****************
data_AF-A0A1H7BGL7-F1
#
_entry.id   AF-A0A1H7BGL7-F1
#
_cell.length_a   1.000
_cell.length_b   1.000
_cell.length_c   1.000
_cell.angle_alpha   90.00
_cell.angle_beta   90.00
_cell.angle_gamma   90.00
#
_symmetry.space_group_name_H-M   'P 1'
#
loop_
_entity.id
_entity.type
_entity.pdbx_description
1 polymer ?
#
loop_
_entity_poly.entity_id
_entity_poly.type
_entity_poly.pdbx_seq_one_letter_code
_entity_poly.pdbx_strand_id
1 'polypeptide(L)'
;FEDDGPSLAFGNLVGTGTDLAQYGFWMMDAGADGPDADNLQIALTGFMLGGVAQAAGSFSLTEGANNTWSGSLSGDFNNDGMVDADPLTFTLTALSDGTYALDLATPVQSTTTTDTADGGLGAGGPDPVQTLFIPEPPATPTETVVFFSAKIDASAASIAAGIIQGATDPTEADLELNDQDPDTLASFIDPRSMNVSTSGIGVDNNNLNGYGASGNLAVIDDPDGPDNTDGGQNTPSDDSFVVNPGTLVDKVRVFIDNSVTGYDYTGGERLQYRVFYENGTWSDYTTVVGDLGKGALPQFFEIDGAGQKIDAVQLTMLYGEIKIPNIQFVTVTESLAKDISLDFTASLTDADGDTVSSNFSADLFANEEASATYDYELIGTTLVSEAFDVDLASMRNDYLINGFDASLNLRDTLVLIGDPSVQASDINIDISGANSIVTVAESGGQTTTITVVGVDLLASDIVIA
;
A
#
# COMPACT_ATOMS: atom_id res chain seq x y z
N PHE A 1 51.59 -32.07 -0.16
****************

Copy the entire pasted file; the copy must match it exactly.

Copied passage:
data_AF-A0A1H7BGL7-F1
#
_entry.id   AF-A0A1H7BGL7-F1
#
_cell.length_a   1.000
_cell.length_b   1.000
_cell.length_c   1.000
_cell.angle_alpha   90.00
_cell.angle_beta   90.00
_cell.angle_gamma   90.00
#
_symmetry.space_group_name_H-M   'P 1'
#
loop_
_entity.id
_entity.type
_entity.pdbx_description
1 polymer ?
#
loop_
_entity_poly.entity_id
_entity_poly.type
_entity_poly.pdbx_seq_one_letter_code
_entity_poly.pdbx_strand_id
1 'polypeptide(L)'
;FEDDGPSLAFGNLVGTGTDLAQYGFWMMDAGADGPDADNLQIALTGFMLGGVAQAAGSFSLTEGANNTWSGSLSGDFNNDGMVDADPLTFTLTALSDGTYALDLATPVQSTTTTDTADGGLGAGGPDPVQTLFIPEPPATPTETVVFFSAKIDASAASIAAGIIQGATDPTEADLELNDQDPDTLASFIDPRSMNVSTSGIGVDNNNLNGYGASGNLAVIDDPDGPDNTDGGQNTPSDDSFVVNPGTLVDKVRVFIDNSVTGYDYTGGERLQYRVFYENGTWSDYTTVVGDLGKGALPQFFEIDGAGQKIDAVQLTMLYGEIKIPNIQFVTVTESLAKDISLDFTASLTDADGDTVSSNFSADLFANEEASATYDYELIGTTLVSEAFDVDLASMRNDYLINGFDASLNLRDTLVLIGDPSVQASDINIDISGANSIVTVAESGGQTTTITVVGVDLLASDIVIA
;
A
#
# COMPACT_ATOMS: atom_id res chain seq x y z
N PHE A 1 51.59 -32.07 -0.16